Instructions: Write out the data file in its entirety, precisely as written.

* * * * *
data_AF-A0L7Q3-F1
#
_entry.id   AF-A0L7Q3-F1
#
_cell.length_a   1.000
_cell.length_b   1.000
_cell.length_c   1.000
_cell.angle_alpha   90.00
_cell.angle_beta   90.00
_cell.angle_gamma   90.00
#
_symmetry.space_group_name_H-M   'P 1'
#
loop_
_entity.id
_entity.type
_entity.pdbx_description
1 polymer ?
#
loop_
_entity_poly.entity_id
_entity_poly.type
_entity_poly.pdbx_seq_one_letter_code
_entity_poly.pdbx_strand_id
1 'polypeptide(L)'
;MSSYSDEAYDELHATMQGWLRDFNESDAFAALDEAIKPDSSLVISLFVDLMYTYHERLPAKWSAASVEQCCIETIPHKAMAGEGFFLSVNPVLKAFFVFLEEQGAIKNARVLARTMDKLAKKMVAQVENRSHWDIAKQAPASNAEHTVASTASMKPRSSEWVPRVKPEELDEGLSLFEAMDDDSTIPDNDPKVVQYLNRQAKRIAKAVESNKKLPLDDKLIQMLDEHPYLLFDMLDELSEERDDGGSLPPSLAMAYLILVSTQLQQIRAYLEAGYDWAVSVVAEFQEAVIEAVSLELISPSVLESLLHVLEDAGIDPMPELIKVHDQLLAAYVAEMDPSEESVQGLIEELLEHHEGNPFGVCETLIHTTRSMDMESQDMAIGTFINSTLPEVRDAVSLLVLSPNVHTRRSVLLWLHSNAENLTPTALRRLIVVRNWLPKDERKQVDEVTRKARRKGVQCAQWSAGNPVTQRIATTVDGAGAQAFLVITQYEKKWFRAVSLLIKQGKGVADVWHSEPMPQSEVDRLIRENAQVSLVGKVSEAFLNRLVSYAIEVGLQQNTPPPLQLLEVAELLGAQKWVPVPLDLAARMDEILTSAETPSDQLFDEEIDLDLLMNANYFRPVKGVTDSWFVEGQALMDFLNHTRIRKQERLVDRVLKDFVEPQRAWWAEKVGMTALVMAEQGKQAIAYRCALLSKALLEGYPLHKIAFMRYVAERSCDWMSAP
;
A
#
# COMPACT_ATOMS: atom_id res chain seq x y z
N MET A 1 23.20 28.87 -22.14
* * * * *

data_AF-A0L7Q3-F1
#
_entry.id   AF-A0L7Q3-F1
#
_cell.length_a   1.000
_cell.length_b   1.000
_cell.length_c   1.000
_cell.angle_alpha   90.00
_cell.angle_beta   90.00
_cell.angle_gamma   90.00
#
_symmetry.space_group_name_H-M   'P 1'
#
loop_
_entity.id
_entity.type
_entity.pdbx_description
1 polymer ?
#
loop_
_entity_poly.entity_id
_entity_poly.type
_entity_poly.pdbx_seq_one_letter_code
_entity_poly.pdbx_strand_id
1 'polypeptide(L)'
;MSSYSDEAYDELHATMQGWLRDFNESDAFAALDEAIKPDSSLVISLFVDLMYTYHERLPAKWSAASVEQCCIETIPHKAMAGEGFFLSVNPVLKAFFVFLEEQGAIKNARVLARTMDKLAKKMVAQVENRSHWDIAKQAPASNAEHTVASTASMKPRSSEWVPRVKPEELDEGLSLFEAMDDDSTIPDNDPKVVQYLNRQAKRIAKAVESNKKLPLDDKLIQMLDEHPYLLFDMLDELSEERDDGGSLPPSLAMAYLILVSTQLQQIRAYLEAGYDWAVSVVAEFQEAVIEAVSLELISPSVLESLLHVLEDAGIDPMPELIKVHDQLLAAYVAEMDPSEESVQGLIEELLEHHEGNPFGVCETLIHTTRSMDMESQDMAIGTFINSTLPEVRDAVSLLVLSPNVHTRRSVLLWLHSNAENLTPTALRRLIVVRNWLPKDERKQVDEVTRKARRKGVQCAQWSAGNPVTQRIATTVDGAGAQAFLVITQYEKKWFRAVSLLIKQGKGVADVWHSEPMPQSEVDRLIRENAQVSLVGKVSEAFLNRLVSYAIEVGLQQNTPPPLQLLEVAELLGAQKWVPVPLDLAARMDEILTSAETPSDQLFDEEIDLDLLMNANYFRPVKGVTDSWFVEGQALMDFLNHTRIRKQERLVDRVLKDFVEPQRAWWAEKVGMTALVMAEQGKQAIAYRCALLSKALLEGYPLHKIAFMRYVAERSCDWMSAP
;
A
#
# COMPACT_ATOMS: atom_id res chain seq x y z
N MET A 1 23.20 28.87 -22.14